Enter China and the rules change. To begin with, there are only 404 possible phonetic combinations in Mandarin, far fewer than in English. Wordplay is inevitably distorted. And Chinese is ideographic, not alphabetic; "home," for example, is represented by a stylized picture that has traditionally been interpreted to be a pig beneath a roof. Ulysses is not pictorial but aural, and comes alive most vividly when read aloud.
To make things more difficult, Chinese is a tonal language. In Mandarin, the official national tongue, there are four possible tones to each sound: high level, rising, falling rising, and falling. The tones make a difference. For a crude example of the sounds, consider using the word "Ma" in these different contexts: "Oh, Ma!" in surprised anger at seeing your mother where she shouldn't be, "Oh, Ma!" in exasperation, "Ma" in sober conversation, and "Oh, it's Maaa" in warning at an unexpected phone call from the matriarch. In Chinese, tones change the meaning of a word, not just the emphasis. The four tones for "ma" mean, respectively, "mother," "hemp," "horse," and "to curse." (A fifth tone for "ma," which is actually atonal, turns a sentence into a question.)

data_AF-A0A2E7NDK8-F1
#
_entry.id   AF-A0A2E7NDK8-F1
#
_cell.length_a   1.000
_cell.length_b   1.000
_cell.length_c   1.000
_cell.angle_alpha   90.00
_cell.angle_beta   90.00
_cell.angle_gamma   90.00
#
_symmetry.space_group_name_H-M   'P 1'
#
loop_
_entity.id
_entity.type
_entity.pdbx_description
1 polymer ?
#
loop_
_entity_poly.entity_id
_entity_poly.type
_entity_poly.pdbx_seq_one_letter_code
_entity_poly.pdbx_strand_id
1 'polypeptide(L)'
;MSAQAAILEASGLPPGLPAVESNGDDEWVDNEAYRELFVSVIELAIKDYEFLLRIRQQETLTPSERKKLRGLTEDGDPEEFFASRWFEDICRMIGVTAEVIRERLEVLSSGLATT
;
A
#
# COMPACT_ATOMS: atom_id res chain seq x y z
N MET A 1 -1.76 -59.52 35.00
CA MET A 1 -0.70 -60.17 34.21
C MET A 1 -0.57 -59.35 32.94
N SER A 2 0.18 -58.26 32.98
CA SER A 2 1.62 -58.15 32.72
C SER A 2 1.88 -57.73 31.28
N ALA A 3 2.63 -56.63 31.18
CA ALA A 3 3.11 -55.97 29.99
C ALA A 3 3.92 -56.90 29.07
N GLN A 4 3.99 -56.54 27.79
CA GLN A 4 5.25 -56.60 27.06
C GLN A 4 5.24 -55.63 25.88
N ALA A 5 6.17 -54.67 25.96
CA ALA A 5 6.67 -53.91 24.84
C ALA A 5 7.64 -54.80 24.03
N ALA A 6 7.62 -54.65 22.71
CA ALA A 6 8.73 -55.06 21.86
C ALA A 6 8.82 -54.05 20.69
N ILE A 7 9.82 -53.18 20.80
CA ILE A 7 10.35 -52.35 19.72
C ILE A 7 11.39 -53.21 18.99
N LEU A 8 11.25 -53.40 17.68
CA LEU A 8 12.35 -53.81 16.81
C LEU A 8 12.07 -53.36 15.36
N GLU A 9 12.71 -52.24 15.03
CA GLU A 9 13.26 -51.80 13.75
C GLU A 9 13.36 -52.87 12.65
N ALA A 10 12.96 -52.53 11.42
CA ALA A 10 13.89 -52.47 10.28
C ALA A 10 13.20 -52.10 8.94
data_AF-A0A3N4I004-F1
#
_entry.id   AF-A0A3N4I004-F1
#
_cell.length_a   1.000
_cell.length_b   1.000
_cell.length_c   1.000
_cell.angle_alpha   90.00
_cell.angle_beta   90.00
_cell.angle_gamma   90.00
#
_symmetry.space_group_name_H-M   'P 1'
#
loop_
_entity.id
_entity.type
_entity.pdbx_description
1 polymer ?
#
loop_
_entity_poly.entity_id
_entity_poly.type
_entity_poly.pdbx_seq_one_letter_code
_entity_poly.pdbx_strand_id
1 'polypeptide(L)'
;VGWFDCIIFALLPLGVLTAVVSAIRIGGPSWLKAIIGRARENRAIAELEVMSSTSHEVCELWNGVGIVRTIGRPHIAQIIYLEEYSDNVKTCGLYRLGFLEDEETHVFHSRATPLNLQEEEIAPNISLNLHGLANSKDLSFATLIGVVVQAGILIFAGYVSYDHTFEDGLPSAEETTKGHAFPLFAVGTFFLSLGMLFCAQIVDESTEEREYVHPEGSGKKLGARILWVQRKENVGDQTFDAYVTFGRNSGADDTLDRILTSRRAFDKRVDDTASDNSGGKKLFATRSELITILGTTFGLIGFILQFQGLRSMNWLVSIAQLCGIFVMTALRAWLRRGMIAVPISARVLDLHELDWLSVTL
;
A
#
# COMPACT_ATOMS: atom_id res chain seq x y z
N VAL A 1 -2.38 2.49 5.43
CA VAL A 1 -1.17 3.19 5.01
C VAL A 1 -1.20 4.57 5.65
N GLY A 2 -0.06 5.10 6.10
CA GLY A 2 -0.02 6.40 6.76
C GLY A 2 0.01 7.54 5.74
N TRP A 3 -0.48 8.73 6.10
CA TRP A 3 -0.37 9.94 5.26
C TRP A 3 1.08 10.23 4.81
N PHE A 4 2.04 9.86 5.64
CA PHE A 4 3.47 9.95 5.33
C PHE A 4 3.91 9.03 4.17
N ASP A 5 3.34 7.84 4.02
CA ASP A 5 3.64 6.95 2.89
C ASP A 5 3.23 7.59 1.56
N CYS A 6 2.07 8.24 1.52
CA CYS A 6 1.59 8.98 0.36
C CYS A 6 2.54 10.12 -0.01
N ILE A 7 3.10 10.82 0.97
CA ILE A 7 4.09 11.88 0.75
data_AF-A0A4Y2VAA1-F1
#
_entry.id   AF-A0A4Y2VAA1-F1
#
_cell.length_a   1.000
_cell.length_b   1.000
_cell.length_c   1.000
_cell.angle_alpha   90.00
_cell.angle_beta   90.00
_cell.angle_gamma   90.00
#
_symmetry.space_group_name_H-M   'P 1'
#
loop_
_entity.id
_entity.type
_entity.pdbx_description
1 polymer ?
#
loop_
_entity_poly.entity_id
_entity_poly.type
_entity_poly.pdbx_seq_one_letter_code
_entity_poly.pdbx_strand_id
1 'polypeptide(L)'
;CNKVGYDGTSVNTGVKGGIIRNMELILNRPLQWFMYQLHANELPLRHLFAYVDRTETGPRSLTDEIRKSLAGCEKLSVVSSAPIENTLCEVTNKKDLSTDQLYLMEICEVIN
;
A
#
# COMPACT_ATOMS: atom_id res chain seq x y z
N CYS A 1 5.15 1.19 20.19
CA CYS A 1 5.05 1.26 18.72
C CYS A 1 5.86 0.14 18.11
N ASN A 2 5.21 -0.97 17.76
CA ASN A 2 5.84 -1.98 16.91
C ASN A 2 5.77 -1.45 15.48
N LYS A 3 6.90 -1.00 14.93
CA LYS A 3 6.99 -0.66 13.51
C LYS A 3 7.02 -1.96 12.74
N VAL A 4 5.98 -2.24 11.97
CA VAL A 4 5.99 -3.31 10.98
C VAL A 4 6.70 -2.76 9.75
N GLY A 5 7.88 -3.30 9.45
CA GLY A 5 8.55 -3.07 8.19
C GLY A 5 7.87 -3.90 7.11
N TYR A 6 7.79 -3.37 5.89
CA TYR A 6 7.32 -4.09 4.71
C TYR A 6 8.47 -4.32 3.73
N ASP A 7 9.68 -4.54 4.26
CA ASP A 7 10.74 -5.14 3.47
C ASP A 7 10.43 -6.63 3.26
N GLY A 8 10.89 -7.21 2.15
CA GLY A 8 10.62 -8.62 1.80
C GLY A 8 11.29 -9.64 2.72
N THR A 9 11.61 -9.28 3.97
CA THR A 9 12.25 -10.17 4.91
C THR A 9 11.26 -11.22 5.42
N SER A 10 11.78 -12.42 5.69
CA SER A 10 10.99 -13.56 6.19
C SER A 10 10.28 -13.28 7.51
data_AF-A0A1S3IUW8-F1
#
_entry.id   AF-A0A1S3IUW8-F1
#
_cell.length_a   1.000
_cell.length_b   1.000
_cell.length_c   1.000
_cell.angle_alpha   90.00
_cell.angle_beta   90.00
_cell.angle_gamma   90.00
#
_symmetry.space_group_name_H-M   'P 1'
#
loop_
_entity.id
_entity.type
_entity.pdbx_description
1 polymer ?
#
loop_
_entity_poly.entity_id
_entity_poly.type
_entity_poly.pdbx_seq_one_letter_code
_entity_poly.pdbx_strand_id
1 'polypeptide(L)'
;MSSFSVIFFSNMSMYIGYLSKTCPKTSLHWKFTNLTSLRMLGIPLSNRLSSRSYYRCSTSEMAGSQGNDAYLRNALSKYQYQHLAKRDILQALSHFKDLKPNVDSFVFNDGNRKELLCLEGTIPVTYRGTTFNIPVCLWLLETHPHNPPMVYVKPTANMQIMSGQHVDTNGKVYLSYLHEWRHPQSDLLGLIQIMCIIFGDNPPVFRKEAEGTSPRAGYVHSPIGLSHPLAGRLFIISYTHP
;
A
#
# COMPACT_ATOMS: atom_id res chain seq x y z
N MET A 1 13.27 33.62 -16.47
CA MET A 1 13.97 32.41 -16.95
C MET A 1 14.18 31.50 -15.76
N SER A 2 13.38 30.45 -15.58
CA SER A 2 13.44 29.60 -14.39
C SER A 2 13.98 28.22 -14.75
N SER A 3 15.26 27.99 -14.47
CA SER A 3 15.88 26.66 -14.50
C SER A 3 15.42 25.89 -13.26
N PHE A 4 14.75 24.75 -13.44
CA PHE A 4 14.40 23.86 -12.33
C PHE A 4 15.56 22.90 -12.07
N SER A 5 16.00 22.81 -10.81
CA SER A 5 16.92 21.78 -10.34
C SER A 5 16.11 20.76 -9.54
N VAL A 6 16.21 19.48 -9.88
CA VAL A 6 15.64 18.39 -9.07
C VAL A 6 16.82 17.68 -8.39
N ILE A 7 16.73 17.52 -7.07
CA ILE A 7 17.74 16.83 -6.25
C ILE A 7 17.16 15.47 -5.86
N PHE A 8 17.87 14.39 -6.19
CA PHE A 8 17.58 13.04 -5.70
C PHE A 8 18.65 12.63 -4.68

Proper names are not always translated syllable for syllable. If "America" were to be written sound for sound--that is, one Chinese character for each syllable--it could be construed as "inferior beautiful beneficial addition." That's not a bad metaphor for Chinese ambivalence toward our country, but the standard term for America is actually mei guo, which sounds like "America" said with a mouthful of marbles. At least the name translates well: "Beautiful Country." Sometimes names are assigned with reference not to sound at all but to the way China understands the world. This magazine, for example, named after a great body of water, is translated as "The Great Western Ocean Monthly."
And finally, normal Chinese discourse is sometimes best translated loosely. When Americans see each other on the street, they ask, "How are you?" But when two Chinese acquaintances meet, they greet each other this way: "Chi le ma?"--literally, "Have you eaten yet?" That does not call for a recitation of the day's diet any more than "How are you?" is an invitation to describe one's fitness program. Therefore, in translating Chinese into English, "Chi le ma?" becomes "How are you?"